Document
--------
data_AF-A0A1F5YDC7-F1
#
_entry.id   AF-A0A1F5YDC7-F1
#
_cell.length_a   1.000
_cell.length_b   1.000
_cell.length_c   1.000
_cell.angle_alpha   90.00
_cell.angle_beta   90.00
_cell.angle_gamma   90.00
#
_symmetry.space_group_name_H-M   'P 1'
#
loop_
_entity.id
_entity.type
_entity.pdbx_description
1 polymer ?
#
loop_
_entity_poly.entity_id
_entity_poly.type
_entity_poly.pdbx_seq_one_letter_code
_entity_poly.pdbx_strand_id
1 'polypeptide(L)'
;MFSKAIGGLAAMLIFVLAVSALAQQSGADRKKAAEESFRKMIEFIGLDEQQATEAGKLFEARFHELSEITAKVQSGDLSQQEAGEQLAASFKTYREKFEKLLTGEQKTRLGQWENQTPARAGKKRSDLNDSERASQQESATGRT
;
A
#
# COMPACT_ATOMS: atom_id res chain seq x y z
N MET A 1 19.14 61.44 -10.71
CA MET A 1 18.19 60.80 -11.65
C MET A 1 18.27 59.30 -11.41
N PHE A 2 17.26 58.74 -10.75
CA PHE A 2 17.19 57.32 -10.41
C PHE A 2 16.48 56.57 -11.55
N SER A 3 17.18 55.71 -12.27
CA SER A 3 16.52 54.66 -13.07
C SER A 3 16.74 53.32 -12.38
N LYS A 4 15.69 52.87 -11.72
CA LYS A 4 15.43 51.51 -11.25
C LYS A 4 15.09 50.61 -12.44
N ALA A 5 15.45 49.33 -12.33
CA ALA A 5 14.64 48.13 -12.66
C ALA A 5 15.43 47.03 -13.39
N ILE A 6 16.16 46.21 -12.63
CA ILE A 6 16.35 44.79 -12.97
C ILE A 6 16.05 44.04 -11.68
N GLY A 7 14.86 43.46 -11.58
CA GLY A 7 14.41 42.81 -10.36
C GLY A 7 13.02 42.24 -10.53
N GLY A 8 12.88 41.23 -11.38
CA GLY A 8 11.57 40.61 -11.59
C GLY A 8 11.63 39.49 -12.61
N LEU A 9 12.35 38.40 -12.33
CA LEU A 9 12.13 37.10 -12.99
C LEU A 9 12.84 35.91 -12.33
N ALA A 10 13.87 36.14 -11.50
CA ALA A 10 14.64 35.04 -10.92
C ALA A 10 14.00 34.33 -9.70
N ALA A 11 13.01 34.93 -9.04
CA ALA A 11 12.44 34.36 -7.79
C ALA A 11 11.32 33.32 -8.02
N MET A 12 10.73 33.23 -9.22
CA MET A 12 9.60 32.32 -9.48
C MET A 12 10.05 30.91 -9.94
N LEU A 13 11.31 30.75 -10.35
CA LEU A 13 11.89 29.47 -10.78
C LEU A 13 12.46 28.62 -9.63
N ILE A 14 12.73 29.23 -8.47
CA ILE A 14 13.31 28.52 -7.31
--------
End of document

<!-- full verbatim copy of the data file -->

data_AF-A0A1F5YDC7-F1
#
_entry.id   AF-A0A1F5YDC7-F1
#
_cell.length_a   1.000
_cell.length_b   1.000
_cell.length_c   1.000
_cell.angle_alpha   90.00
_cell.angle_beta   90.00
_cell.angle_gamma   90.00
#
_symmetry.space_group_name_H-M   'P 1'
#
loop_
_entity.id
_entity.type
_entity.pdbx_description
1 polymer ?
#
loop_
_entity_poly.entity_id
_entity_poly.type
_entity_poly.pdbx_seq_one_letter_code
_entity_poly.pdbx_strand_id
1 'polypeptide(L)'
;MFSKAIGGLAAMLIFVLAVSALAQQSGADRKKAAEESFRKMIEFIGLDEQQATEAGKLFEARFHELSEITAKVQSGDLSQQEAGEQLAASFKTYREKFEKLLTGEQKTRLGQWENQTPARAGKKRSDLNDSERASQQESATGRT
;
A
#
# COMPACT_ATOMS: atom_id res chain seq x y z
N MET A 1 19.14 61.44 -10.71
CA MET A 1 18.19 60.80 -11.65
C MET A 1 18.27 59.30 -11.41
N PHE A 2 17.26 58.74 -10.75
CA PHE A 2 17.19 57.32 -10.41
C PHE A 2 16.48 56.57 -11.55
N SER A 3 17.18 55.71 -12.27
CA SER A 3 16.52 54.66 -13.07
C SER A 3 16.74 53.32 -12.38
N LYS A 4 15.69 52.87 -11.72
CA LYS A 4 15.43 51.51 -11.25
C LYS A 4 15.09 50.61 -12.44
N ALA A 5 15.45 49.33 -12.33
CA ALA A 5 14.64 48.13 -12.66
C ALA A 5 15.43 47.03 -13.39
N ILE A 6 16.16 46.21 -12.63
CA ILE A 6 16.35 44.79 -12.97
C ILE A 6 16.05 44.04 -11.68
N GLY A 7 14.86 43.46 -11.58
CA GLY A 7 14.41 42.81 -10.36
C GLY A 7 13.02 42.24 -10.53
N GLY A 8 12.88 41.23 -11.38
CA GLY A 8 11.57 40.61 -11.59
C GLY A 8 11.63 39.49 -12.61
N LEU A 9 12.35 38.40 -12.33
CA LEU A 9 12.13 37.10 -12.99
C LEU A 9 12.84 35.91 -12.33
N ALA A 10 13.87 36.14 -11.50
CA ALA A 10 14.64 35.04 -10.92
C ALA A 10 14.00 34.33 -9.70
N ALA A 11 13.01 34.93 -9.04
CA ALA A 11 12.44 34.36 -7.79
C ALA A 11 11.32 33.32 -8.02
N MET A 12 10.73 33.23 -9.22
CA MET A 12 9.60 32.32 -9.48
C MET A 12 10.05 30.91 -9.94
N LEU A 13 11.31 30.75 -10.35
CA LEU A 13 11.89 29.47 -10.78
C LEU A 13 12.46 28.62 -9.63
N ILE A 14 12.73 29.23 -8.47
CA ILE A 14 13.31 28.52 -7.31